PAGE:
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Has Iran changed 1 year after the death of Jina Mahsa Amini?

Shabnam von Hein
September 15, 2023

The death of a young Kurdish-Iranian woman last year in police custody sparked nationwide protests against Iran's ruling regime, followed by an ongoing deadly crackdown. A year later, Iranian women remain defiant.

A woman stands atop a car in front in Iran
A protest movement over the pasrt year has defied the Islamic Republic's strict rules for womenImage: UGC/AFP

Ahead of the first anniversary of Jina Mahsa Amini's death on September 16, her family wrote on Instagram that they intended to mourn at Amini's grave site.

Amini's relatives, like any grieving family, want to hold a religious and traditional funeral service for their beloved daughter, the statement added.

However, since last year, Iranian authorities have closely surveilled Amini's family. In recent days, armed forces have been deployed around the family's home in the city of Saqqez, according to reports. 

Iranian authorities are not only watching Amini's family. They also monitor many cemeteries where people killed in protests have been laid to rest. Iranian authorities want to prevent crowds, claiming protests could break out.

Exact figures are difficult to obtain, but according to independent human rights organizations, police forces in Iran have killed at least 527 protesters, including 17 minors, during protests between September 16, 2022, and the end of January 2023. Families of people killed during demonstrations are under enormous pressure.

"We have never seen this kind of widespread arrest and detention of victims' family members before," human rights activist Shiva Nazar Ahari told DW.

Ahari is a member of the Iranian Committee for Human Rights. She has been arrested repeatedly over the past decades and imprisoned for several years. She has lived in Slovenia since October 2018.

"So far, more than 40 relatives of the victims have been arrested. And the number of arrests is increasing every day," Ahari says.

"Political and social activists are either in jail, being interrogated or threatened. It may be that these methods temporarily prevent further protests."

Iran's largest protest movement in decades

Jina Mahsa Amini was arrested last year during a trip to Tehran, the Iranian capital, and taken to a police station, allegedly for not wearing her headscarf appropriately. In Iran, women are strictly required to wear headscarves in public.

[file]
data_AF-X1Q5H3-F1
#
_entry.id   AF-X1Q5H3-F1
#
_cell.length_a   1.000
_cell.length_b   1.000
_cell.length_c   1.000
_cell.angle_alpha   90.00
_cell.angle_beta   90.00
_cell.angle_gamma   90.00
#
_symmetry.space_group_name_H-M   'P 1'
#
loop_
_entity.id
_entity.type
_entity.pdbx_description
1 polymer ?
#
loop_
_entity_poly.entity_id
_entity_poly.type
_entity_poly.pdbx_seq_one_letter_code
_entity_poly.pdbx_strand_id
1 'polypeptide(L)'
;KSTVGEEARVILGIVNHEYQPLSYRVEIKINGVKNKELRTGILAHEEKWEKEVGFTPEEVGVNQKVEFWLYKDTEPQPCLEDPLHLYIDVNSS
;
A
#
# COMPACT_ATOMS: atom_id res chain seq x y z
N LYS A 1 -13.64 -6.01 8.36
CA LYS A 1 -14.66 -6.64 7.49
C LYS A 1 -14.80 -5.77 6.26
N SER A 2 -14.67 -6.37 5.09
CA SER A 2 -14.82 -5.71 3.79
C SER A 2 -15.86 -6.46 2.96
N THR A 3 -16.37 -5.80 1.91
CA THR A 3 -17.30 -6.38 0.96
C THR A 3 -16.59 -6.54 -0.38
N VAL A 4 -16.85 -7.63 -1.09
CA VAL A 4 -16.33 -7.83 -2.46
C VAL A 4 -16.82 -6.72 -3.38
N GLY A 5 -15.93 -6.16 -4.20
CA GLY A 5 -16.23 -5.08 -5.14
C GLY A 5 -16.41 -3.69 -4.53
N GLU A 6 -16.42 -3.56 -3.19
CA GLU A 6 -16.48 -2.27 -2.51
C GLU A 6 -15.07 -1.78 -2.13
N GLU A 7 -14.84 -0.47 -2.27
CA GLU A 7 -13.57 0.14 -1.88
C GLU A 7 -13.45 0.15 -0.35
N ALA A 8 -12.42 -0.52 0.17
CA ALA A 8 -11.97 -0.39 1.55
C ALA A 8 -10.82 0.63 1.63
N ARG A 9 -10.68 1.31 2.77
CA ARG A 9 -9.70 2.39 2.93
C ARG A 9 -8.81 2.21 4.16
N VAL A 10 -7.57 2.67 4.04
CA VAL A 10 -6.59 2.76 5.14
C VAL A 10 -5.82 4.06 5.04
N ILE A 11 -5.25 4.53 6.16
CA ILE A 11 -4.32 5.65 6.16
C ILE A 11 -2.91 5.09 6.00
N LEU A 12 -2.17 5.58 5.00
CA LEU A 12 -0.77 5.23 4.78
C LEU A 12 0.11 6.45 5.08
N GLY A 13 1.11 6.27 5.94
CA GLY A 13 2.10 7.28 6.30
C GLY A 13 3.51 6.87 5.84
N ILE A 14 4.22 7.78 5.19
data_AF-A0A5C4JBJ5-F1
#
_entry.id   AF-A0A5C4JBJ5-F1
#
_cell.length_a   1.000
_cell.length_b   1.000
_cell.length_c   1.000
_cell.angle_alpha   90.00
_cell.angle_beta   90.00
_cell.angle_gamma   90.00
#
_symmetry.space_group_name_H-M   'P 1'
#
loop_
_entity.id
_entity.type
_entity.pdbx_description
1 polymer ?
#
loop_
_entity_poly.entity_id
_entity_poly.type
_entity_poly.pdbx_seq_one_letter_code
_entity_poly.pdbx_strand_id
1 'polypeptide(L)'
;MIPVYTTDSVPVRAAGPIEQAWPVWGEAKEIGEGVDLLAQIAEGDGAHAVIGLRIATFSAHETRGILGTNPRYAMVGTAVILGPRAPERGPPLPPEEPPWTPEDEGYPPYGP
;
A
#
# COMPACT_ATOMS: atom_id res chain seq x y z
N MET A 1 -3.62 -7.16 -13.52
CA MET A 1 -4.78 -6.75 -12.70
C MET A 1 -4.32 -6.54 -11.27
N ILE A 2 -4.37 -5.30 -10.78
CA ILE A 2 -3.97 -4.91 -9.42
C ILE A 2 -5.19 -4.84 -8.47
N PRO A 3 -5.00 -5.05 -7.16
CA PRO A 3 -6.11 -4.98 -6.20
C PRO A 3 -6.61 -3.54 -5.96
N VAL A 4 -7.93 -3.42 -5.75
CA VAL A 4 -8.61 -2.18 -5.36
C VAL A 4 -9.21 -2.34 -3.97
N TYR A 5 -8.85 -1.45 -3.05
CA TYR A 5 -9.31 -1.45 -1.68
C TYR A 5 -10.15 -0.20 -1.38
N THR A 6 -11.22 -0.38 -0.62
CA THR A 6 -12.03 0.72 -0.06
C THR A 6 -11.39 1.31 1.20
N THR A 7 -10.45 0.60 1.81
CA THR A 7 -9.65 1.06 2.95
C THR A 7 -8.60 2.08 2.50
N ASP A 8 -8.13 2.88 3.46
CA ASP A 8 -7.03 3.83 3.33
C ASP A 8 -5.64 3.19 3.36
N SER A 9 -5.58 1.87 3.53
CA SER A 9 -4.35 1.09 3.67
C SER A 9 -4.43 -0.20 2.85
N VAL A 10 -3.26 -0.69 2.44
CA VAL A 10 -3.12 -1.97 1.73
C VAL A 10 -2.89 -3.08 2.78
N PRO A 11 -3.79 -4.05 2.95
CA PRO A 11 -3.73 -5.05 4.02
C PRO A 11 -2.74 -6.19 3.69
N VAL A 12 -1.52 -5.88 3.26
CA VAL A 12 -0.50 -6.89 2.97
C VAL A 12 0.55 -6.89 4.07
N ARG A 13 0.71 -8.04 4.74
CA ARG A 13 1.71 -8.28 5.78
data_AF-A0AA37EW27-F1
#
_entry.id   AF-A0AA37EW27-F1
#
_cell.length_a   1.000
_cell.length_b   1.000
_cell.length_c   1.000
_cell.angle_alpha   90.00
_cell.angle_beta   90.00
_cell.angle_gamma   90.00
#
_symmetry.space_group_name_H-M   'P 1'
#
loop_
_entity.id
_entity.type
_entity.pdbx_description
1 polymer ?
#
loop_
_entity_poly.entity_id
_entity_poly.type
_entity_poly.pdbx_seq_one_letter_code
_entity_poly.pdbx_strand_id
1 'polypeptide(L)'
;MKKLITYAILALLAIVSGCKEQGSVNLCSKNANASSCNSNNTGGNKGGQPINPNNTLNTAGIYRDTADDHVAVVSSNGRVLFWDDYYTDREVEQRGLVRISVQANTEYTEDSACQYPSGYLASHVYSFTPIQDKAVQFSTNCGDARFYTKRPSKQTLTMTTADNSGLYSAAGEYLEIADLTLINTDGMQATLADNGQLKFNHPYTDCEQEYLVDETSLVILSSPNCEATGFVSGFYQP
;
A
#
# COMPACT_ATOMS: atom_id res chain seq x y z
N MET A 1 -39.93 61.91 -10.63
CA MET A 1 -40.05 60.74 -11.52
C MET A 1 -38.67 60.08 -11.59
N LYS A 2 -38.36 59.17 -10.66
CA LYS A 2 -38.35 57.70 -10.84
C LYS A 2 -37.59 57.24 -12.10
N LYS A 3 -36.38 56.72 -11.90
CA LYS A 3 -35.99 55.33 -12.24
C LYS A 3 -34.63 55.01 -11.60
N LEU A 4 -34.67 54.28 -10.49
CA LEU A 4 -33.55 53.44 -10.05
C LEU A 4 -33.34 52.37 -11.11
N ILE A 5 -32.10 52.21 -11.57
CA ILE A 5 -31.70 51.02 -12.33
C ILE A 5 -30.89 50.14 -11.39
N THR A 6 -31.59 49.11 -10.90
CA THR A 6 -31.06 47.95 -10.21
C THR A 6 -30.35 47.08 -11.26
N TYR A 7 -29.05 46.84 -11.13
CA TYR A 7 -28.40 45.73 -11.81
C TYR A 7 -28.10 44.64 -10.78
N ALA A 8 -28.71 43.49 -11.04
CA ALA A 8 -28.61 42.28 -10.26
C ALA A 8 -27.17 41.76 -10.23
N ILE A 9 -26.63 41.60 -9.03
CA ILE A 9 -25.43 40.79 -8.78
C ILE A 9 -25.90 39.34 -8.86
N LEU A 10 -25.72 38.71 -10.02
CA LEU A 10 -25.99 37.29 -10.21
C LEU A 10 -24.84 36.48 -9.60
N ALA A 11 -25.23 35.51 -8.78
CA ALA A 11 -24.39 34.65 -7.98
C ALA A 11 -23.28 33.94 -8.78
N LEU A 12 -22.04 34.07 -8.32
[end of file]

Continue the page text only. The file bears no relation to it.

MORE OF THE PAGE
Iran tightens control of women's dress code

A few hours later, Amini was taken lifeless from police custody to the hospital. Three days later, on September 16, she was officially declared dead.

The mass protest movement began with Amini's funeral in her hometown of Saqqez, located in a Kurdish region in western Iran, and quickly spread throughout the country.

The participants, mostly young women, removed their headscarves under the motto: "Woman, Life, Freedom."

These widespread rallies developed into the largest and longest-running protest movement since the founding of the Islamic Republic in 1979. The ruling regime responded with massive repression and violence.

Headscarf a symbol of systematic oppression

Human rights activist Ahari is convinced that these protests have permanently changed political and social relations in Iranian society.

One of the most significant changes concerns Iranian women taking liberties with their appearance in public.

Despite the threat of stricter punitive measures such as fines, many women refuse to wear the mandatory headscarf.

They see the headscarf as a symbol of systematic oppression and humiliation and no longer wish to bow to the rules associated with it.

Since the Islamic Revolution, the image of women has played an essential role in state ideology. A woman without a hijab is seen as a symbol of a permissive Western lifestyle and is considered by conservative forces to be a cultural attack against Islamic culture.